With licensees in Queensland reportedly feeling the financial effect of the Queensland Government’s enhanced “lockout laws”, it is timely to remind those with a financial interest in a licensed venue of their rights in the event that the licensee experiences financial difficulties or declares bankruptcy.
Powers of receivers, administrators and liquidators
Under the Liquor Act 1992 (Qld) (Liquor Act), if a licensee is declared bankrupt or goes into receivership, administration or liquidation, persons who are entitled to administer the affairs of the licensee, or who are appointed to manage, or wind up, the affairs of the licensee, may seek approval from the Commissioner of the Office of Liquor and Gaming Regulation (OLGR) for an “interim authority” to conduct the business of the licensee on the licensed premises.
Powers for landlords, franchisors and mortgagees
Landlords, franchisors and mortgagees of licensed premises (or other entities or persons that hold a financial interest in the trading of licensed premises) have the ability to seek an interim authority to conduct the business of a licensee on the licensed premises if:
- the licensee ceases to conduct the business on the relevant premises;
- a lessee or sublessee of the right to sell liquor ceases to conduct business on the relevant premises;
- a licensee who holds the licence as a member of a partnership ceases to be a member of the partnership;
- the OLGR has ordered the cancellation of the licence, but the order is yet to take effect; or
- the licensee’s licence is otherwise suspended under the Liquor Act.
Benefits of obtaining an interim authority
It is important to note that a liquor licence attaches to the premises to which it relates, so that it cannot be “taken” by the licensee if they leave the licensed premises. In the event that a licensee abandons licensed premises or ceases to operate the business at the licensed premises, the granting of an interim authority allows a person with a financial interest in either the business or the premises to continue to conduct the business with the benefit of the liquor licence. It also streamlines the process for handing over the licensed premises to an incoming purchaser, mortgagor or tenant, as the holder of an interim authority can apply to transfer the licence to a third party.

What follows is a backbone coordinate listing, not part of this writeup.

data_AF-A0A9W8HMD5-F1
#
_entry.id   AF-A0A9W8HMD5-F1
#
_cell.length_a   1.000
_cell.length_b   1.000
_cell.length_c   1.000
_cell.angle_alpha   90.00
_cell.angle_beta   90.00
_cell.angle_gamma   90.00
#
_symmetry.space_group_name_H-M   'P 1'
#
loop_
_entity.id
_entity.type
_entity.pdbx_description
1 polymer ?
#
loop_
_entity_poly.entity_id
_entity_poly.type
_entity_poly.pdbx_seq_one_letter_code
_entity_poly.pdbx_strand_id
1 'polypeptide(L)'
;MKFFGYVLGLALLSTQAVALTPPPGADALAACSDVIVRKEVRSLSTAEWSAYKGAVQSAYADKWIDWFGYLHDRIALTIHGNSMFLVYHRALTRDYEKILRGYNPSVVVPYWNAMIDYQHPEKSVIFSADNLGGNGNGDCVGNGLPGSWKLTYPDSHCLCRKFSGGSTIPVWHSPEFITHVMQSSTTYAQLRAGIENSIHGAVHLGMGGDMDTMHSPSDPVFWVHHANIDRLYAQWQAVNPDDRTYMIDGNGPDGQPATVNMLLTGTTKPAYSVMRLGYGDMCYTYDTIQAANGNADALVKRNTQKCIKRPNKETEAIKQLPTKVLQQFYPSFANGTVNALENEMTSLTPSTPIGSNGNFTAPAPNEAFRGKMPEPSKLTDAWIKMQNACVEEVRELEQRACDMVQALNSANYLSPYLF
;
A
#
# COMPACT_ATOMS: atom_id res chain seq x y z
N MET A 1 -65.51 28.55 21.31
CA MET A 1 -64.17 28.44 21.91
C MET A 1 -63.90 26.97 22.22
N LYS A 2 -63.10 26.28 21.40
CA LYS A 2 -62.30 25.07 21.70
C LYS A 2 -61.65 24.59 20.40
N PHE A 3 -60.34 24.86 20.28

In the alternative, where a licensee ceases to operate or abandons its premises and an interim authority for the license is not granted, the right to sell liquor from the premises is typically lost. The premises will be deemed unlicensed and the liquor licence will either lapse or be cancelled. Once lapsed or cancelled, a liquor licence cannot be ‘revived’. Any third party wishing to re-commence the business including the sale of liquor from the premises would need to make an application for a new liquor licence and be subject to a fresh assessment by the OLGR that typically involves application fees, police checks, evidence of planning approval, advertising and potentially third party objections. Approval of a new licence can take between 3 and 6 months (sometimes longer), and may result in conditions that are different and possibly more restrictive than those that attached to the licence that has lapsed or been cancelled.
Obligation to give particulars of your financial interest
All landlords, lessees and mortgagees of licensed premises, and any secured creditors whose interest is likely to be affected by cancellation of a liquor licence, are required to register their financial interest in the liquor licence with the OLGR within 28 days of their interest in the licence taking effect.
We recommend that all persons with a financial interest in a licensed premise (including franchisors) comply with this obligation as they will then be given notice of any disciplinary action the OLGR may take against the licensee which could lead to cancellation of the licence, or even closure of the business.
This article was written by Kelly Alcorn, Partner and Holly Stephanos (née Whitcroft), Associate.